Equanimity is one of the most telling sequences in Journey Into Power to observe as a teacher. The sequence consists of Eagle, Standing Leg Raise, Airplane, Half Moon, Dancer, and Tree Pose; the balancing poses. Some students sink right into the poses: Unwavering drishti, or gaze, grounded with their feet rooted into the Earth, unmessable with. Others fight to keep their balance the entire time. The telling part is not that some students lose their balance. It’s the reaction to losing their balance that says so much. Their faces paint the story of the internal dialogue that’s going on inside their head. Some students shrug it off, no big deal, and simply begin again (A-GAIN!). Regardless of losing their balance, they are TRULY practicing equanimity by meeting their practice where it’s at without any drama. Then there are the other students you can see fighting the poses so much. Holding their breath, deep furrowed brow, struggling and becoming frustrated when they come out of the pose after a few seconds before abandoning the pose altogether. This is the sequence I think of when we are told, “How you are on your mat is how you are in life.”
It’s funny how when we decide to stop resisting so much, things get easier. So much of our personal dramas (if not all of them) are truly choice. If we would just relax with what is and meet life as it meets us rather than meeting it with a giant wall we’ve built for ourselves we wouldn’t have to work so hard all of the time. After all, a wise person once said, “The only difference between stumbling blocks and stepping stones is how you use them.”
So why do we resist in life in the first place? Repetitive patterns of thought have created unnecessary baggage in our lives. We hold onto everything- memories, conversations, difficult situations, relationships- packing them away in a dark suitcase we carry around day after day, over and over again. They’re like the outfits you might need on vacation and never wear, just taking up space and weighing you down. Some of us have packed things so deep in our suitcases we forget they’re even there. Meanwhile, every day we wake up with breath we wake up with choice. Choice to just drop the damn baggage. It’s heavy anyway and getting in our way! It takes a shift in vision to change. To understand that we are the ones choosing to hold onto what does not serve us.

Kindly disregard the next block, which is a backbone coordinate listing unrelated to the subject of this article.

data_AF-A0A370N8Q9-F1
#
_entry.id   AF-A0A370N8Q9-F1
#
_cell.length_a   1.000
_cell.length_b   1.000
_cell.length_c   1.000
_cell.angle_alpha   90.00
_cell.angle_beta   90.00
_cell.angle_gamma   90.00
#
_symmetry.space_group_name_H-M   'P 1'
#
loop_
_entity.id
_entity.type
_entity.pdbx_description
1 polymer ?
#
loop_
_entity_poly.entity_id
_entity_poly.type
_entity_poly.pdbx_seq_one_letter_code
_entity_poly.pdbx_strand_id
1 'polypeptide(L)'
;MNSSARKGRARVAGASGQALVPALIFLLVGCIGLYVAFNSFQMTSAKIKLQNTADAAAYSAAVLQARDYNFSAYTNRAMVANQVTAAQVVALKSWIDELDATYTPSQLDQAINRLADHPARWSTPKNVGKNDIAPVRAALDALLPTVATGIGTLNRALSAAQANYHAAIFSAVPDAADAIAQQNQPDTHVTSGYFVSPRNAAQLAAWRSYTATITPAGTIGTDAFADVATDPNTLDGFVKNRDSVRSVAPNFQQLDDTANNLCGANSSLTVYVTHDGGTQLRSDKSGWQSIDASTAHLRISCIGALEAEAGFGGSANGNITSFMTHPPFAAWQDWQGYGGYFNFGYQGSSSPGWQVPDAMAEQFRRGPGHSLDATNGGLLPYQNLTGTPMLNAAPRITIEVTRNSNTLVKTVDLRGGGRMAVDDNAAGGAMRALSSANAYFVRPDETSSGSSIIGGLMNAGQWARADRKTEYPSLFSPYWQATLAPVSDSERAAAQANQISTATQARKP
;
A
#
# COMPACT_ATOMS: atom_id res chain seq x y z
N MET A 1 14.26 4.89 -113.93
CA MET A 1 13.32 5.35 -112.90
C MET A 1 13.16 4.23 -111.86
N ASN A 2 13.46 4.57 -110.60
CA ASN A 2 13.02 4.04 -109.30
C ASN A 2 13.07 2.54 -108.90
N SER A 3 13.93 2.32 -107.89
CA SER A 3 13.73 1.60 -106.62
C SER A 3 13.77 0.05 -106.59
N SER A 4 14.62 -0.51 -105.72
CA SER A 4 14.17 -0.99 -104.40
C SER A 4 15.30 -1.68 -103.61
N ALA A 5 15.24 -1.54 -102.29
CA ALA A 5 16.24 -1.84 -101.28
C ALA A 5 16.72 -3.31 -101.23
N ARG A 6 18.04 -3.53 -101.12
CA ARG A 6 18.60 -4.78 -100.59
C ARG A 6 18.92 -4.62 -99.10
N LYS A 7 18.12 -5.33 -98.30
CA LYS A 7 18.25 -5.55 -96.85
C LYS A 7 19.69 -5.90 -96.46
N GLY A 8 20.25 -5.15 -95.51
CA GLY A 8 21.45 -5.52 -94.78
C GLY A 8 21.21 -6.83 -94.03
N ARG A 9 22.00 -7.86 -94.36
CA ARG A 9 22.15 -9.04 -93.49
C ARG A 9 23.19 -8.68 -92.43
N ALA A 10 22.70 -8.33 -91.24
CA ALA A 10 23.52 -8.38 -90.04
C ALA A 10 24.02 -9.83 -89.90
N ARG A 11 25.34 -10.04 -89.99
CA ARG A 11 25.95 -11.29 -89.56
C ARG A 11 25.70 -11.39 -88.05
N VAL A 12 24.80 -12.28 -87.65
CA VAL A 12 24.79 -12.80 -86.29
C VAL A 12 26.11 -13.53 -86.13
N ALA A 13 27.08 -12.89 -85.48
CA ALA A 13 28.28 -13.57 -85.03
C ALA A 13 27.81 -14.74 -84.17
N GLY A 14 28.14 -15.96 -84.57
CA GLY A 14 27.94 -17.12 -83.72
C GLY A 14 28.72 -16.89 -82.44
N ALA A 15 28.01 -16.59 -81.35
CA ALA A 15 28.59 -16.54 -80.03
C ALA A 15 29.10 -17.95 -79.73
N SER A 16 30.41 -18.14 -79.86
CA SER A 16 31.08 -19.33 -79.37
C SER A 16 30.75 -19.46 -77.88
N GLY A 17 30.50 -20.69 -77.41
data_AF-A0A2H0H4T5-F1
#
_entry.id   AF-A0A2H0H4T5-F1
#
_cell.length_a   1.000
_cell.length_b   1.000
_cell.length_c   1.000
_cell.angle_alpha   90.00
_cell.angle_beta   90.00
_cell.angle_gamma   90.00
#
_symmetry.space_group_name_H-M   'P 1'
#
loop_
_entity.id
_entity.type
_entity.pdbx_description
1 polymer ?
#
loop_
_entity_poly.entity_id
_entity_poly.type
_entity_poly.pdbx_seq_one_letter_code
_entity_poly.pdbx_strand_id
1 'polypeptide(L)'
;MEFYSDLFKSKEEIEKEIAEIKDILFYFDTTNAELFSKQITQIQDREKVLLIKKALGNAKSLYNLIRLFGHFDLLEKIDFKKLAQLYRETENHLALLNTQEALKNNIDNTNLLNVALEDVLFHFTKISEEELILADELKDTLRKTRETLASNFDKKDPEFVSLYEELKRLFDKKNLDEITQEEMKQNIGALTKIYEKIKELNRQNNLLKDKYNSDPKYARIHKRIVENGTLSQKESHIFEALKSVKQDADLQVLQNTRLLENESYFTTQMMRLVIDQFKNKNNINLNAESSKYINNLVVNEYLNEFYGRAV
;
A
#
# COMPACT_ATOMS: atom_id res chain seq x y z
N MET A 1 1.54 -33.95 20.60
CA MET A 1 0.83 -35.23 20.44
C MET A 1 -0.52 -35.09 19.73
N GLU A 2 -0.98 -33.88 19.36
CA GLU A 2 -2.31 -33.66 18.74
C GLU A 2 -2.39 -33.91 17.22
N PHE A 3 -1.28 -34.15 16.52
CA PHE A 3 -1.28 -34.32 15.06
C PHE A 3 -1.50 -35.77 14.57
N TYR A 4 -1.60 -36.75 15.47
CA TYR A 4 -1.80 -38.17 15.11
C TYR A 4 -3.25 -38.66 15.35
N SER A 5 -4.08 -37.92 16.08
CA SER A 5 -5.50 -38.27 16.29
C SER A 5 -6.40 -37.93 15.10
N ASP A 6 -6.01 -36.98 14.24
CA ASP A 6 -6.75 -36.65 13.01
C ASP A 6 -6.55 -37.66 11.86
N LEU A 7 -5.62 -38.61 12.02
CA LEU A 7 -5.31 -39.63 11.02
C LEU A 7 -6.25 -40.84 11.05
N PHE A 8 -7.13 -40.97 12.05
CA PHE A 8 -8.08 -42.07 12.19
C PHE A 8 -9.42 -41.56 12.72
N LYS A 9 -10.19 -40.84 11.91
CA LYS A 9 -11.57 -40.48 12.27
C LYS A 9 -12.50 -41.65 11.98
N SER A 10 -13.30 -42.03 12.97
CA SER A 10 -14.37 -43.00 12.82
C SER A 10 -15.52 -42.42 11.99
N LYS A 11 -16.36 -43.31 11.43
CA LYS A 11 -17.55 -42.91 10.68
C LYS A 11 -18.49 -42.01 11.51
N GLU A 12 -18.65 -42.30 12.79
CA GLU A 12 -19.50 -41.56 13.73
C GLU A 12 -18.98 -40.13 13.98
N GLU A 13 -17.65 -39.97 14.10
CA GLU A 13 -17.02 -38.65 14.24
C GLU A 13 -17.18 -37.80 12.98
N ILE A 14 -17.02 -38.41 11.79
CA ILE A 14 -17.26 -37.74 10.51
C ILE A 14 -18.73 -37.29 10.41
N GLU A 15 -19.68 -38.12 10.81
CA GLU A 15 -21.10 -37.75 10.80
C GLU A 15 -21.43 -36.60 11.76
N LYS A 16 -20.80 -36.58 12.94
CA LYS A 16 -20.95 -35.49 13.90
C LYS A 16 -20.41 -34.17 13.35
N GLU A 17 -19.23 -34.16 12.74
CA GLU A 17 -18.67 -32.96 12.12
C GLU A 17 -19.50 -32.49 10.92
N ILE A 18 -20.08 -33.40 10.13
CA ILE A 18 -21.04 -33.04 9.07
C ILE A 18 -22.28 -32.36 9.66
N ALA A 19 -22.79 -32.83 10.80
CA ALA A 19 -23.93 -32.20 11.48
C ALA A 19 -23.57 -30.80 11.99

Our eyes need to be open to the big picture that is our life, not just the one scene we find ourselves replaying. A big part of this is dropping what we know. All the negative self talk, stories that we’re not good enough, that something’s wrong with us, that we’re worthless… these are all ways for the ego to keep us small. In reality, our thoughts aren’t real. Our thoughts are just thoughts. Just stories we tell ourselves because “It’s what we know.” So if our thoughts are just stories, then we have the power to write whatever story we want to. We all have an inner critic and an inner best friend. It takes awareness to take a step back, recognize and remember that both exist together. In moments of self-sabotage or demeaning inner chatter ask yourself what your inner best friend would say? And if you can’t think of anything positive to say to yourself ask yourself what you would say to your best friend if someone ever directed your thoughts towards them?
Losing our balance is part of living a balanced life. By shifting our vision and dropping what we know, we free ourselves up to just be. We don’t need to have all the answers all the time. We don’t need to be perfect (especially since the holy land of “perfect” doesn’t exist anyways). We just need to relax into what is. Breathe. Open our eyes and set our gaze. Really SEE. Once we stop fighting, once we learn to trust and just be, things will balance out exactly as they’re supposed to.